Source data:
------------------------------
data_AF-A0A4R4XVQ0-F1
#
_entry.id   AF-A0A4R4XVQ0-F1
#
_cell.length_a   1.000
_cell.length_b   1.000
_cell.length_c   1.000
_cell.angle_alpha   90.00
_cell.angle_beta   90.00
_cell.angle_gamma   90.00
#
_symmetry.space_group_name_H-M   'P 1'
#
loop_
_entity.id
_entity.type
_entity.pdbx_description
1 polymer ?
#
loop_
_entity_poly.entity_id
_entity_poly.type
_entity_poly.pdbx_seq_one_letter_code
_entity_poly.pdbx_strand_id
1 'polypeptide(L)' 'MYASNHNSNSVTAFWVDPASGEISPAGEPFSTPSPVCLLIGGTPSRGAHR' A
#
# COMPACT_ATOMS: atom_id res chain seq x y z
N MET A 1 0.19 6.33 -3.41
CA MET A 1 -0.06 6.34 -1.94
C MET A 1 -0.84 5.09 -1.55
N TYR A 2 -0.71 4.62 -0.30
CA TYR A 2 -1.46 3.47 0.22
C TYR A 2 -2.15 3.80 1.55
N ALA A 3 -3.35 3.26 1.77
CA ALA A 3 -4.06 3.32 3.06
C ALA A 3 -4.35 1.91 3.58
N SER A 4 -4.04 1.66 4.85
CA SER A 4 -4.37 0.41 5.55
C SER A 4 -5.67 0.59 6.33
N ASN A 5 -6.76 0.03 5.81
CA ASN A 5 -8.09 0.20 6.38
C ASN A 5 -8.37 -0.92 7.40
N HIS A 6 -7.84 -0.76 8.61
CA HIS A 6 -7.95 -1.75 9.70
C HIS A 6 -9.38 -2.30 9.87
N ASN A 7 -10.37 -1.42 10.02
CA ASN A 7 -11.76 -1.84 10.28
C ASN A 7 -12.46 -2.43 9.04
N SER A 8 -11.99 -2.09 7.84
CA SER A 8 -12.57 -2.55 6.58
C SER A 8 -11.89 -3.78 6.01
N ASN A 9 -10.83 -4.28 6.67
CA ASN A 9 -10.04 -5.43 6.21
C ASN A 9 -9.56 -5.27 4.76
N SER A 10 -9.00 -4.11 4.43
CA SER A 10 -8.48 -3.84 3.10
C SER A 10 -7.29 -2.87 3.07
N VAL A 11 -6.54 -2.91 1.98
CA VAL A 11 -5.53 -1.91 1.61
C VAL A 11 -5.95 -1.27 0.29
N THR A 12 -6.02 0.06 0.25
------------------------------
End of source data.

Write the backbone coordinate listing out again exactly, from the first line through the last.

data_AF-A0A4R4XVQ0-F1
#
_entry.id   AF-A0A4R4XVQ0-F1
#
_cell.length_a   1.000
_cell.length_b   1.000
_cell.length_c   1.000
_cell.angle_alpha   90.00
_cell.angle_beta   90.00
_cell.angle_gamma   90.00
#
_symmetry.space_group_name_H-M   'P 1'
#
loop_
_entity.id
_entity.type
_entity.pdbx_description
1 polymer ?
#
loop_
_entity_poly.entity_id
_entity_poly.type
_entity_poly.pdbx_seq_one_letter_code
_entity_poly.pdbx_strand_id
1 'polypeptide(L)' 'MYASNHNSNSVTAFWVDPASGEISPAGEPFSTPSPVCLLIGGTPSRGAHR' A
#
# COMPACT_ATOMS: atom_id res chain seq x y z
N MET A 1 0.19 6.33 -3.41
CA MET A 1 -0.06 6.34 -1.94
C MET A 1 -0.84 5.09 -1.55
N TYR A 2 -0.71 4.62 -0.30
CA TYR A 2 -1.46 3.47 0.22
C TYR A 2 -2.15 3.80 1.55
N ALA A 3 -3.35 3.26 1.77
CA ALA A 3 -4.06 3.32 3.06
C ALA A 3 -4.35 1.91 3.58
N SER A 4 -4.04 1.66 4.85
CA SER A 4 -4.37 0.41 5.55
C SER A 4 -5.67 0.59 6.33
N ASN A 5 -6.76 0.03 5.81
CA ASN A 5 -8.09 0.20 6.38
C ASN A 5 -8.37 -0.92 7.40
N HIS A 6 -7.84 -0.76 8.61
CA HIS A 6 -7.95 -1.75 9.70
C HIS A 6 -9.38 -2.30 9.87
N ASN A 7 -10.37 -1.42 10.02
CA ASN A 7 -11.76 -1.84 10.28
C ASN A 7 -12.46 -2.43 9.04
N SER A 8 -11.99 -2.09 7.84
CA SER A 8 -12.57 -2.55 6.58
C SER A 8 -11.89 -3.78 6.01
N ASN A 9 -10.83 -4.28 6.67
CA ASN A 9 -10.04 -5.43 6.21
C ASN A 9 -9.56 -5.27 4.76
N SER A 10 -9.00 -4.11 4.43
CA SER A 10 -8.48 -3.84 3.10
C SER A 10 -7.29 -2.87 3.07
N VAL A 11 -6.54 -2.91 1.98
CA VAL A 11 -5.53 -1.91 1.61
C VAL A 11 -5.95 -1.27 0.29
N THR A 12 -6.02 0.06 0.25